Regulating the internet—rise of the tech giants and new media channels

Should tech companies face stricter regulation and pay more tax? Yair Cohen, a partner at Cohen Davis Solicitors, discusses the pros and cons of self-regulation and considers whether the current taxation system is fair.

How has such tech company self-regulation worked in the past? Was it effective?

From the early days of the internet, tech companies had been regulated by a so-called private governance system which allowed them to create policies, police content if they wished to and to impose sanctions on whoever failed to play by their rules, whether users, content creators or advertisers.

To encourage internet companies to proactively self-govern their platforms responsibly and without fear of legal liability, in the US, Congress enacted section 230 of the Communications Decency Act 1996 which, among other things, allowed internet platforms to operate as the new governors of online speech. These new governors operate as private self-regulating autonomies within cyber space, but unlike a typical western democracy, their governance could be seen by some as totalitarian in nature, as the executive, legislative and judicial function of each organisation is entrusted to a small group of employees who are responsible for the entire governance framework at each organisation. These employees are not accountable to their ‘citizens’ (their users) because the nature of much of their self-regulatory work is still opaque.

Traditionally, tech companies viewed any form of regulation of the internet as damaging to free speech and, as a result, many failed to appropriately invest in policy creation or in the protection of their ‘citizens’ from harm. In its early years, for example, Twitter’s policy was to have no content moderation because it did not wish to place itself in a position where it was required to sensor users’ activities on its platform.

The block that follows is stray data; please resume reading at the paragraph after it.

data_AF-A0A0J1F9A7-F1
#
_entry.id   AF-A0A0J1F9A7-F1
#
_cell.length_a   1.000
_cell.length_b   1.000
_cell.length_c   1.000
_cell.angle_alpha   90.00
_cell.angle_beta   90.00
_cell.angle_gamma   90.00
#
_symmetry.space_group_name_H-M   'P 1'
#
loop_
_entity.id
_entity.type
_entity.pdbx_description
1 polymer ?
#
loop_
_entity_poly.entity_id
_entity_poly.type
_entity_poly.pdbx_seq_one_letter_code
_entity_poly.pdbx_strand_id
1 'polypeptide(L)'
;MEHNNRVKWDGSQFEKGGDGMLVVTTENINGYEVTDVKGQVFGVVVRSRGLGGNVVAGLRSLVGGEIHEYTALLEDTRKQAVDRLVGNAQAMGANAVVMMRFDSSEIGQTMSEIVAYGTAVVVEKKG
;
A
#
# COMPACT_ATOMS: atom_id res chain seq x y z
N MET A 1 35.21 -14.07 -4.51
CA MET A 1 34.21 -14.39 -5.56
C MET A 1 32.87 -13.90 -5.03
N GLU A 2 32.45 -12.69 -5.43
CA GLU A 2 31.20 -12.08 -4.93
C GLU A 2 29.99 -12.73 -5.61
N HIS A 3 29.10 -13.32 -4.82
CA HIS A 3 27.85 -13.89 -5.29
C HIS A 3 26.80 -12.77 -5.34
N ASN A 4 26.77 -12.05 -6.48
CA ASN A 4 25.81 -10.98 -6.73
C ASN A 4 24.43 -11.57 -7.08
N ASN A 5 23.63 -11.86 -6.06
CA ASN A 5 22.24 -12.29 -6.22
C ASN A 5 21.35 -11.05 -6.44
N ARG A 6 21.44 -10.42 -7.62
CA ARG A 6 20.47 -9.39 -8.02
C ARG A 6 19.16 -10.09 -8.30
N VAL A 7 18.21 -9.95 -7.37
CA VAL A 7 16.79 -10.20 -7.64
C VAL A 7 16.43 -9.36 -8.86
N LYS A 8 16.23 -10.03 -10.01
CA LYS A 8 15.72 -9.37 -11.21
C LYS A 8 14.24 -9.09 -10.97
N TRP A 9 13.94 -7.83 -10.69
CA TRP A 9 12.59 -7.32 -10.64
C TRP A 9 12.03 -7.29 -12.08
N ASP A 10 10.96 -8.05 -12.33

As the number of internet users has grown, so has the harm to which they have been exposed. The harm rapidly started to spill over to the offline or real world, which meant dealing with the causes and consequences of the harm has become the responsibility of the traditional branches of the state.

This in turn has caused governments to start questioning whether the private governance system was still an appropriate way to regulate the internet. In its early days, the internet was driven mainly by academics and not-for-profit organisations but now when it is nearly entirely dominated by self-interested shareholders, the potential for conflict of interests between tech companies’ duties to their shareholders and their duty to fairly govern their platform has started to become a real concern to governments.

This is reflected in demands by internet users for governments to reconsider the traditional approach towards internet regulation. Governments are particularly listening to three main areas of concern:

  • users’ safety (online and offline)
  • data manipulation (‘fake news’), and
  • taxation (fairer share of benefits)

What new ways are suggested to in the Institute of Economic Affairs’ (IEA) report regulate the internet? How effective might these ways of regulation be in practice?

A recent IEA report tries to respond to the concerns referred to above (see ‘Supervising the tech giants’). It suggests that tech companies should set up an independent regulator to avoid government interventions. The report takes example from the self-regulatory system of the UK newspaper industry to show that such a self-regulatory system of the internet can work.

The report says that in the UK newspaper industry, self-regulation has been effective because in a competitive market, reputation and peer pressure are important. These two factors help self-regulate the printed press industry as readers can ‘vote with their feet’.

The problem with this correlation is that, unlike the case with the printed press, the internet tends to create niche activities, particularly bad ones and those with a poor reputation for decency or credibility. For example, it was not until governments across the globe created a hard, international regulatory framework that child pornography was properly tackled. It is doubtful whether a self-regulatory system would have ever been able to achieve a similar outcome.

Furthermore, with printed press, consumers can easily opt-out or ‘vote with their feet’ if they don’t like the conduct of a particular publisher, but with the internet this often is not possible. Try, for example, to refrain from using Google search engine or try to convince your children to refrain from using WhatsApp or YouTube. You are likely to find that because of either the popularity of those platforms, or the fact that they are provided for free, the choice to ‘vote with your feet’ is not a realistic choice.